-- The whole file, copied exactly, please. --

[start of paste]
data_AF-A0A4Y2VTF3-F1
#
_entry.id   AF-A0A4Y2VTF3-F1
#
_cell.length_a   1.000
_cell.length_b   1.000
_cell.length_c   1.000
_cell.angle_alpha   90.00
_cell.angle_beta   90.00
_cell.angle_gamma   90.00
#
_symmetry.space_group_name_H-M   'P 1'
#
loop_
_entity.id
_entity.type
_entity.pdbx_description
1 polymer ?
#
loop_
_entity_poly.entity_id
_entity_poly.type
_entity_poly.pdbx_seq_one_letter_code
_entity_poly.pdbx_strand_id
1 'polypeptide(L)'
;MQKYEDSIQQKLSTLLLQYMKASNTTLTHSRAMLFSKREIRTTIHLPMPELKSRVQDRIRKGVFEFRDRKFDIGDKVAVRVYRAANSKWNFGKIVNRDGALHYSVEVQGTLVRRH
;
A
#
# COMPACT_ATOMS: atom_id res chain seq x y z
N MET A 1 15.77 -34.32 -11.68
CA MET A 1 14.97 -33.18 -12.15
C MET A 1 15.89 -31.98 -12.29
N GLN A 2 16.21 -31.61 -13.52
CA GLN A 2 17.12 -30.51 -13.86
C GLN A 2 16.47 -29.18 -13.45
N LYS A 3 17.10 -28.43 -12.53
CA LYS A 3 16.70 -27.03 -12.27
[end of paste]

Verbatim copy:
data_AF-A0A4Y2VTF3-F1
#
_entry.id   AF-A0A4Y2VTF3-F1
#
_cell.length_a   1.000
_cell.length_b   1.000
_cell.length_c   1.000
_cell.angle_alpha   90.00
_cell.angle_beta   90.00
_cell.angle_gamma   90.00
#
_symmetry.space_group_name_H-M   'P 1'
#
loop_
_entity.id
_entity.type
_entity.pdbx_description
1 polymer ?
#
loop_
_entity_poly.entity_id
_entity_poly.type
_entity_poly.pdbx_seq_one_letter_code
_entity_poly.pdbx_strand_id
1 'polypeptide(L)'
;MQKYEDSIQQKLSTLLLQYMKASNTTLTHSRAMLFSKREIRTTIHLPMPELKSRVQDRIRKGVFEFRDRKFDIGDKVAVRVYRAANSKWNFGKIVNRDGALHYSVEVQGTLVRRH
;
A
#
# COMPACT_ATOMS: atom_id res chain seq x y z
N MET A 1 15.77 -34.32 -11.68
CA MET A 1 14.97 -33.18 -12.15
C MET A 1 15.89 -31.98 -12.29
N GLN A 2 16.21 -31.61 -13.52
CA GLN A 2 17.12 -30.51 -13.86
C GLN A 2 16.47 -29.18 -13.45
N LYS A 3 17.10 -28.43 -12.53
CA LYS A 3 16.70 -27.03 -12.27